"General acceptance that the use of molecular chlorine is now abandoned for environmental reasons. At least a high degree of chlorine dioxide substitution might be expected with ECF or TCF as preferred options. It has not been proven that there is any environmental benefit in universally requiring TCF."

The pulp and paper industry continues to strive to prevent pollution with technologies that are cost effective and produce a high quality product. ECF is an excellent example of bringing these qualities together and its popularity and growth is matched by the continuous recovery of aquatic eco-systems.

The waterbodies of the United States continue to showcase broad eco-system recovery. Since 1990, 13 states have lifted a total of 20 fish consumption advisories for dioxin downstream of pulp mills, representing a decline of more than 50%. Two additional advisories were lifted in 1998 [8].

Lifting of Fish Consumption Advisories for Dioxin Downstream of Pulp Mills


Looking Ahead

Building on its previous success, the industry is advancing its pollution prevention goal one step further, by exploring the concept of a minimum-impact mill. "The industrys environmental progress over the last 30 years, while maintaining economic viability, bodes wellfor the next 30 years and provides confidence that the minimum-impact mill of the future will be realized [9]."

The vision of the minimum-impact mill is attracting increasing attention from industry experts, governing bodies, and interest groups and is viewed as the industrys next step. Minimum-impact mills will reduce water use, minimize the use of raw materials, maximize energy production and produce a high quality product [9].

As research progresses, preliminary conclusions and operating experience show that ECF is compatible with -- and may become the cornerstone of -- the minimum-impact mill of the future.

The Alliance for Environmental Technology, "Trends in World Bleached Chemical Pulp Production: 1990-1997," March 1997.

1998 AET International Survey

Pryke, D.C. and Reeve, D.W., "Substitution of Chlorine Dioxide for Chlorine in Canadian Bleached Chemical Pulp Mills." Bleaching Committee, Technical Section, CPPA. April 1996.

1. Federal Register, Vol. 63, No. 72. April 15, 1998.

2. Savolainen, R., Norberg, K. and Lindberg, H. "A Modern ECF Bleaching Concept: Experience and ECO Mill Perspectives at Stora Skoghall." Proceedings, 1998 International Pulp Bleaching Conference, Helsinki, Finland. June 1-4, 1998.

3. Mokfienski, A., Demuner, B.J., Manhacs, G.F., Cesena, P.H.Y., de Araujo, G. and Neves, R. "Steps Toward Selecting a Bleaching Sequence in Aracruz Modernization Project." Proceedings, 1998 International Pulp Bleaching Conference, Helsinki, Finland. June 1-4, 1998.

4. Mercer International Inc. "Mercer International Inc. Announces Approval for Conversion Project." Press Release, March 18, 1998.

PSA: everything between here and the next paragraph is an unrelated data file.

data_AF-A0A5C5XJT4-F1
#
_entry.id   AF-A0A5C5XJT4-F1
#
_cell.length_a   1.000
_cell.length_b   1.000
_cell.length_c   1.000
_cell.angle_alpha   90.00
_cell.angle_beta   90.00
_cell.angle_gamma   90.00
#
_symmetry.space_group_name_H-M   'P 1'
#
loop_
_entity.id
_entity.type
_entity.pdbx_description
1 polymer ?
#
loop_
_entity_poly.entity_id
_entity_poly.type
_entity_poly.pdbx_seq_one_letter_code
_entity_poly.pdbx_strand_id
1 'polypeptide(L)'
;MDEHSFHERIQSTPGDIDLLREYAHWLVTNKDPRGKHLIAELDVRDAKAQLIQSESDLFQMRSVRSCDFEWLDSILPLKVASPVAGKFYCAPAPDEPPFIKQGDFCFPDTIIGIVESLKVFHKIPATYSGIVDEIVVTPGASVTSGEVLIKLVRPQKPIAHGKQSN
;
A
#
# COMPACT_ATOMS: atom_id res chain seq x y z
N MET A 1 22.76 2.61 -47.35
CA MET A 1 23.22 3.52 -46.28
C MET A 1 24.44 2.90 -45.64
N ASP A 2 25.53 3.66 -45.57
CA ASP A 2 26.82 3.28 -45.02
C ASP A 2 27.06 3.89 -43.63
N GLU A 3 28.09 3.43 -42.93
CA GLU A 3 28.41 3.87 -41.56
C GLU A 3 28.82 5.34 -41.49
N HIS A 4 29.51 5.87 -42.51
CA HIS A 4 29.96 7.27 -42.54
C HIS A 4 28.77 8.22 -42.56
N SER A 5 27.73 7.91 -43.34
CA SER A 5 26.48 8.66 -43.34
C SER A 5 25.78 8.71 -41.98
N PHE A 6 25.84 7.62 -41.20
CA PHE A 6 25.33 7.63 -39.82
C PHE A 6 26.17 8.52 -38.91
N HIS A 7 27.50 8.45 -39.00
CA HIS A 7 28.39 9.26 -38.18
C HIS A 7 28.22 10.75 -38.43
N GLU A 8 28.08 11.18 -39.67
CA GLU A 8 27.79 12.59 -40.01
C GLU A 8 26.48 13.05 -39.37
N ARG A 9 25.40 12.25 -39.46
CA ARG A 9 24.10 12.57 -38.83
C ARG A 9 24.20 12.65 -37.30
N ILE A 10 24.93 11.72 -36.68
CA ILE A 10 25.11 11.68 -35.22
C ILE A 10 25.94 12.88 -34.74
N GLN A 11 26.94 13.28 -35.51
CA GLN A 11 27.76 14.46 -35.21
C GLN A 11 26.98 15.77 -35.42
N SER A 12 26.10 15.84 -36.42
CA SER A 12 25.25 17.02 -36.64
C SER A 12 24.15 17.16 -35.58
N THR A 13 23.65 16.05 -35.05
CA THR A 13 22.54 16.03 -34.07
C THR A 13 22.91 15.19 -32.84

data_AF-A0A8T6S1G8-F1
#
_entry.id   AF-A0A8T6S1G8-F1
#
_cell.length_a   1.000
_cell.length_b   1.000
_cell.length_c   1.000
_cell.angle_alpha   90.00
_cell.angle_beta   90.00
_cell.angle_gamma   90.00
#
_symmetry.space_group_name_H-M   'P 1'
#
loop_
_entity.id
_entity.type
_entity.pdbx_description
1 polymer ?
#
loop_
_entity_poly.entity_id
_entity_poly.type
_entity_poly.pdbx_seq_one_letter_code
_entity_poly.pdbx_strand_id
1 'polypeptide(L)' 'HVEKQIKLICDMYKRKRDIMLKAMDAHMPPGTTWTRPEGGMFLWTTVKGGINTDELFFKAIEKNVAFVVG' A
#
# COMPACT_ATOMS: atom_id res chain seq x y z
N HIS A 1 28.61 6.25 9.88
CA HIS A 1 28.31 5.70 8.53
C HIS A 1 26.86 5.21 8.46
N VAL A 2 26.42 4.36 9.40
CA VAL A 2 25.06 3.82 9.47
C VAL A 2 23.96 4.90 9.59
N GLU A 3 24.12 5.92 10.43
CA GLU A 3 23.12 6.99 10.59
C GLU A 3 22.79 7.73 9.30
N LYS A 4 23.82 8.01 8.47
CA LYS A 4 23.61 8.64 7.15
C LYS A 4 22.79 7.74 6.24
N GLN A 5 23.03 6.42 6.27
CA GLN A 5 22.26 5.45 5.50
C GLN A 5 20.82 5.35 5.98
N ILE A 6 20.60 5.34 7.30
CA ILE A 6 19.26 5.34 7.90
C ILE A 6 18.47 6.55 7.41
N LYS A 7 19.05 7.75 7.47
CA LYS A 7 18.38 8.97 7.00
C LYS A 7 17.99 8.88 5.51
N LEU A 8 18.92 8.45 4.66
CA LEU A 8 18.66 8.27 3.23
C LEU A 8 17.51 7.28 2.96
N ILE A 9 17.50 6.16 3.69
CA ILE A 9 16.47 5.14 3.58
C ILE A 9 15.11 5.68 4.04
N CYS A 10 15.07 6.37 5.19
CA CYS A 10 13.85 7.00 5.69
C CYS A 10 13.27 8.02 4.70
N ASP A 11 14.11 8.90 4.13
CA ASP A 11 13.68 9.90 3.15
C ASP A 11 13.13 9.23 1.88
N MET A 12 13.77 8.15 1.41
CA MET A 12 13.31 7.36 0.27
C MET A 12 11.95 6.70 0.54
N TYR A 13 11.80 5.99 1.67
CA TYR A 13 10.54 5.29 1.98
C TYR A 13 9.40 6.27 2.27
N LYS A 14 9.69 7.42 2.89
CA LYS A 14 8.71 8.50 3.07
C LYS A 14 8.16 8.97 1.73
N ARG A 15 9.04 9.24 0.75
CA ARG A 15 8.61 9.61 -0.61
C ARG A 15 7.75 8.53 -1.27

5. Hokuetsu Paper Mills, Press Release, July 1998.

6. Bright, D. A., K., Hodson, P.V., Lehtinen, K-J., McKague, B., Rogers, J. and Solomon, K.."Evaluation of Ecological Risks Associated with the Use of Chlorine Dioxide for the Bleaching of Pulp: Scientific Progress Since 1993". Proceedings, 1998 International Pulp Bleaching Conference, Helsinki, Finland. June 1-4, 1998.

7. Environmental Monitor. Harriman Chemsult, February 1998. p. 16.

8. Alliance for Environmental Technology, "Eco-System Recovery: Liftings of Fish Consumption Advisories for Dioxin Downstream of U.S. Pulp Mills," October 1998.

9. Axegård P., Carey, J., Folke, J., Gleadow, P., Gullichsen, J., Pryke, D.C., Reeve, D.W., Swan, B. and Uloth, V., Minimum-Impact Mills: Issues and Challenges, In press, proceedings 1997 TAPPI International Environmental Conference, May, 1997.

1990 3.5 0.1 62.7
1991 8.2 0.4 58.2
1992 15.0 1.2 51.8
1993 20.0 2.6 46.9
1994 25.8 4.1 40.8
1995 31.2 4.7 36.8
1996 34.0 4.5 35.0
1997 38.0 5.1 34.4
1998 42.2 4.8 31.5
United States
1990 0.5 0.0 26.8
1991 1.6 0.01 25.6
1992 2.8 0.01 24.4
1993 4.0 0.2 23.0
1994 6.0 0.2 21.0
1995 9.1 0.3 17.9
1996 10.4 0.2 16.6
1997 13.3 0.2 13.8
1998 15.5 0.2 11.5
1990 2.3 0.1 6.5
1991 4.0 0.3 4.7
1992 6.6 0.6 2.0
1993 7.7 1.3 1.1
1994 8.5 2.2 0.0
1995 8.3 2.8 0.0
1996 7.6 2.6 0.0
1997 8.3 3.1 0.0
1998 7.9 2.9 0.0
1990 0.7 0.0 10.3
1991 1.3 0.0 9.7
1992 2.6 0.04 8.4
1993 3.9 0.05 7.0
1994 5.5 0.05 7.0
1995 7.3 0.04 4.2
1996 8.1 0.04 4.0
1997 8.7 0.04 3.4
1998 9.1 0.01 2.8

REST OF WORLD (Includes Western Europe, Chile, Brazil, South East Asia, Africa, Australia, New Zealand, and Japan)
1990 0.0 0.0 19.2
1991 1.4 0.1 18.2
1992 2.9 0.6 17.0
1993 4.4 1.1 15.7
1994 5.8 1.6 14.3
1995 6.4 1.6 14.7
1996 7.9 1.7 14.4
1997 7.7 1.8 17.2
1998 9.7 1.7 17.2

The Alliance for Environmental Technology (AET) is an international association of chemical manufacturers and forest products companies dedicated to improving the environmental performance of the pulp and paper industry. AET was created to establish a clearinghouse of educational and technical resources relating to chlorine dioxide and its use in chemical pulp bleaching.

For more information, call AET at 1-(800)-999-PULP.